Survivors have been found in homes destroyed by the Japan earthquake that killed 94 people. Dozens are still missing

WAJIMA, Japan (AP) — A woman was carefully pulled from debris 72 hours after a series of powerful earthquakes struck off Japan's west coast. Despite rescue effortsThe death toll rose to at least 94 on Friday, and the number of missing dropped to 222 after rising the previous day.

An elderly man was found alive Wednesday in a collapsed house in Suzu, one of the hardest-hit cities in Ishikawa prefecture. “Dad, Dad,” his daughter called out as a swarm of firefighters carried him out on a stretcher, praising him for holding on so long. Earthquake of 7.6 magnitude occurred on Monday,

Ishikawa officials said 55 of the dead were in Wajima city and 23 in Suzu, while another five were killed in neighboring towns. More than 460 people are injured, at least 24 seriously.

The Earthquake Research Institute of the University of Tokyo found that sandy beaches in western Japan have shifted seaward by up to 250 meters (820 ft) in some places.

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The earthquake caused a major fire in the city of Wajima, as well as a tsunami and landslides in the area. With some routes cut off due to the destruction, concerns grew about communities that had yet to receive water, food, blankets and medicine.

The United States on Friday announced $100,000 in aid, including blankets, water and medical supplies, and promised more would be on the way. Dodgers major leaguer Shohei Ohtani Also announced aid for the Noto region, although he did not disclose the amount.

Thousands of Japanese troops have joined the effort to reach the hardest-hit spots on the Noto Peninsula, the epicenter of the earthquake, which is connected to the rest of the main island of Honshu by a narrow land strip.

Experts have warned of illness and even death at evacuation centers that now house about 34,000 people who lost their homes, many of them elderly.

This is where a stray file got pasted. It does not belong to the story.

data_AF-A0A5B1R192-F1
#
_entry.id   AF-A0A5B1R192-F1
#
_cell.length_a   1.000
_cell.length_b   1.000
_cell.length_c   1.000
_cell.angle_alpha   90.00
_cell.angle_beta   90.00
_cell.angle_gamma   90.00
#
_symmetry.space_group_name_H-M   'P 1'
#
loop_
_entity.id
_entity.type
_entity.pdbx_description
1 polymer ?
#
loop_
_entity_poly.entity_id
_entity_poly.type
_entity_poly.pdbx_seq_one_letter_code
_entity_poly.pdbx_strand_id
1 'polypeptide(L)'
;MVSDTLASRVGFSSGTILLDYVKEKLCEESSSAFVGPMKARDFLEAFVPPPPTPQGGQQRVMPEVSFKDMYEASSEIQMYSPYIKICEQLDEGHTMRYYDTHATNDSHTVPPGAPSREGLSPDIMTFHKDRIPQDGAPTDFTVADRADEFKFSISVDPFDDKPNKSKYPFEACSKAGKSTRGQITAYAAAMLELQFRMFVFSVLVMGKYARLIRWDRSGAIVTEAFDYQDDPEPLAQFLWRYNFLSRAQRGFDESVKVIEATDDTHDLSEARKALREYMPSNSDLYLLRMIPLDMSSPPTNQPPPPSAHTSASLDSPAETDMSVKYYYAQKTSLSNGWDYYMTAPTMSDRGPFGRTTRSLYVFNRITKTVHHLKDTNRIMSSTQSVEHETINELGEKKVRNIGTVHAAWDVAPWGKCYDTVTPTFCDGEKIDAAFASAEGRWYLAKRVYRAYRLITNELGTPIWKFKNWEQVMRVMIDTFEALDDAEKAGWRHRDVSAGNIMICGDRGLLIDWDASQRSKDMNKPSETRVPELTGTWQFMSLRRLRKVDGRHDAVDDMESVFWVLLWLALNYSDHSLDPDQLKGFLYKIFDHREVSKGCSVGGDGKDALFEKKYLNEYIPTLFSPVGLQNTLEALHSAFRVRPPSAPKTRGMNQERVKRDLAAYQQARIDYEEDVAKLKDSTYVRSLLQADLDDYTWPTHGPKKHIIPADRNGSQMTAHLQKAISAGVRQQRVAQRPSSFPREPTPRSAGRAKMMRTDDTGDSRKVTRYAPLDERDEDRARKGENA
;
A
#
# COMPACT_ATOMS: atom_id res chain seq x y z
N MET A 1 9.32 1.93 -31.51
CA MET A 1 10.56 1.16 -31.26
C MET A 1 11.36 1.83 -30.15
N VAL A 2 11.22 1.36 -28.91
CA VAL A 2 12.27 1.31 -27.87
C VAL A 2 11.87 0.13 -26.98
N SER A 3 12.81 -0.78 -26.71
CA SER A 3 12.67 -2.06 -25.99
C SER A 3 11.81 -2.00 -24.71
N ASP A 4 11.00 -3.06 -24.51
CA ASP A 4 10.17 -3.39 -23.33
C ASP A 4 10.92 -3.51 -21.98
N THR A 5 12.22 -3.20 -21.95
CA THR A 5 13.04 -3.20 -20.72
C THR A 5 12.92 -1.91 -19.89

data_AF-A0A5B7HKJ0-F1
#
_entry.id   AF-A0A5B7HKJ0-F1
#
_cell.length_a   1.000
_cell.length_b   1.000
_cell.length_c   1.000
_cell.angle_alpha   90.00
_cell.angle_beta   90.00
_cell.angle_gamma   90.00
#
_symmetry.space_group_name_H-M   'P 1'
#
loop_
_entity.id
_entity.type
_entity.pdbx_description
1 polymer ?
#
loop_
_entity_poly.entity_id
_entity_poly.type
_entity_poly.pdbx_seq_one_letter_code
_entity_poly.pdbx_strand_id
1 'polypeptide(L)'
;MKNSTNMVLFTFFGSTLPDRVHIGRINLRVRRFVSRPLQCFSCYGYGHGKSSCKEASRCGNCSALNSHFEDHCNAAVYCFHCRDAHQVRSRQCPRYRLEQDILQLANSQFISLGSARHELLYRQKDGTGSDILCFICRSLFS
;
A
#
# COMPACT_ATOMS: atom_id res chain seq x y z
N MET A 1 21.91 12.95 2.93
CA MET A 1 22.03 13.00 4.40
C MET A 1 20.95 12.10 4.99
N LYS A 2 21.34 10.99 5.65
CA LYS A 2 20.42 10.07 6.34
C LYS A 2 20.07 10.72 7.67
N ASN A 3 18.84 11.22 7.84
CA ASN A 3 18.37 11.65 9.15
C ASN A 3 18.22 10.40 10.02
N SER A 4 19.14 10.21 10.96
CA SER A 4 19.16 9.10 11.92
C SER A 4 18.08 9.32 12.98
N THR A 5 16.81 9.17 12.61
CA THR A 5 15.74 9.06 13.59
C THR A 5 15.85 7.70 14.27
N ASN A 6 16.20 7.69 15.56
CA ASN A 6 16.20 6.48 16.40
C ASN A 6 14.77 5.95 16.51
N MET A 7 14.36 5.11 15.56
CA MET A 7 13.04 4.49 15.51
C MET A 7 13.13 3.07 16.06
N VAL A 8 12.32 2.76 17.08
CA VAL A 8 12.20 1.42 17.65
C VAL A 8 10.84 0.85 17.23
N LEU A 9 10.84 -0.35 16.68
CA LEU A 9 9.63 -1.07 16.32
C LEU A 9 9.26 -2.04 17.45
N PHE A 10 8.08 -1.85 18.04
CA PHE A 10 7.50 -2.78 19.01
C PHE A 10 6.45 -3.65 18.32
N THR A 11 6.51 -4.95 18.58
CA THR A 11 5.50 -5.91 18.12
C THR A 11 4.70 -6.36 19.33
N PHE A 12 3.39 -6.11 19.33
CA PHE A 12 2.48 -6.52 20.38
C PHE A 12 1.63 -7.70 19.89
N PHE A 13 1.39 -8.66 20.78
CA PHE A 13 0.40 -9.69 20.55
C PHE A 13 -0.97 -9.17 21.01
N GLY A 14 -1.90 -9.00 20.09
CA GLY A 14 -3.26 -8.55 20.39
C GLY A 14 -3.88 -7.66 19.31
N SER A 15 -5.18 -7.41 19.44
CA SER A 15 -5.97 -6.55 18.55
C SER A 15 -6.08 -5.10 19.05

Masashi Tomari, a 67-year-old oyster farmer who lives in Anamizu city, Ishikawa, said it was hard to sleep on the floor with only a blanket. There was no heating until two stoves finally arrived on Thursday, three days after the 7.6 magnitude earthquake.

"It's an eerie, cold place," he said.

Tomari was shocked to think of her home, where broken glass and broken objects were scattered on the floor. It was dark at night as there was still no electricity in the area.

But Tomari and others were already thinking about rebuilding.

Sachiko Kato, who owns a clothing store in Anamizu, has put up a yellow notice as a warning inside her store, where the walls are leaning, and a red notice for the back shed that is completely damaged. Has been flattened.

“There were a lot of shops on this road. Now, they are all gone. Maybe we can work hard to rebuild,'' she said.

As of Friday, running water in Anamizu had not been fully restored. Kato had to fetch water from a nearby river to flush the toilet.

Dozens of aftershocks have hit Ishikawa and neighboring areas in the past week. Japan, with its criss-crossing fault lines, is one extremely earthquake-prone country, Weather forecasts call for rain and snow over the weekend and experts have warned of more shocks.

The area affected by the latest earthquakes is famous for its crafts, including lacquerware, knives, ceramics, candles and kimono fabrics.

Tsutomu Ishikawa, who oversees Aras, a resin company that makes fashionable plates and cups, said there were no casualties around him, but the atelier was severely damaged.

He apologized for the delayed delivery and expressed determination to start over and rebuild while accepting the challenges. "We feel a deep helplessness that the creations we created with so much love are gone."

Sachiko Takagi, who owns a kimono shop on a picturesque shop street in Wajima, said she was lucky that her 80-year-old shop – inherited from generations – is still standing. Others were not so lucky.

"These people don't have the energy to start something afresh. I really wonder what will happen to this road," he said.

Kageyama reported from Tokyo. Haruka Nuga in Bangkok contributed.

Copyright 2024 The associated Press, All rights reserved. This material may not be published, broadcast, rewritten, or redistributed.

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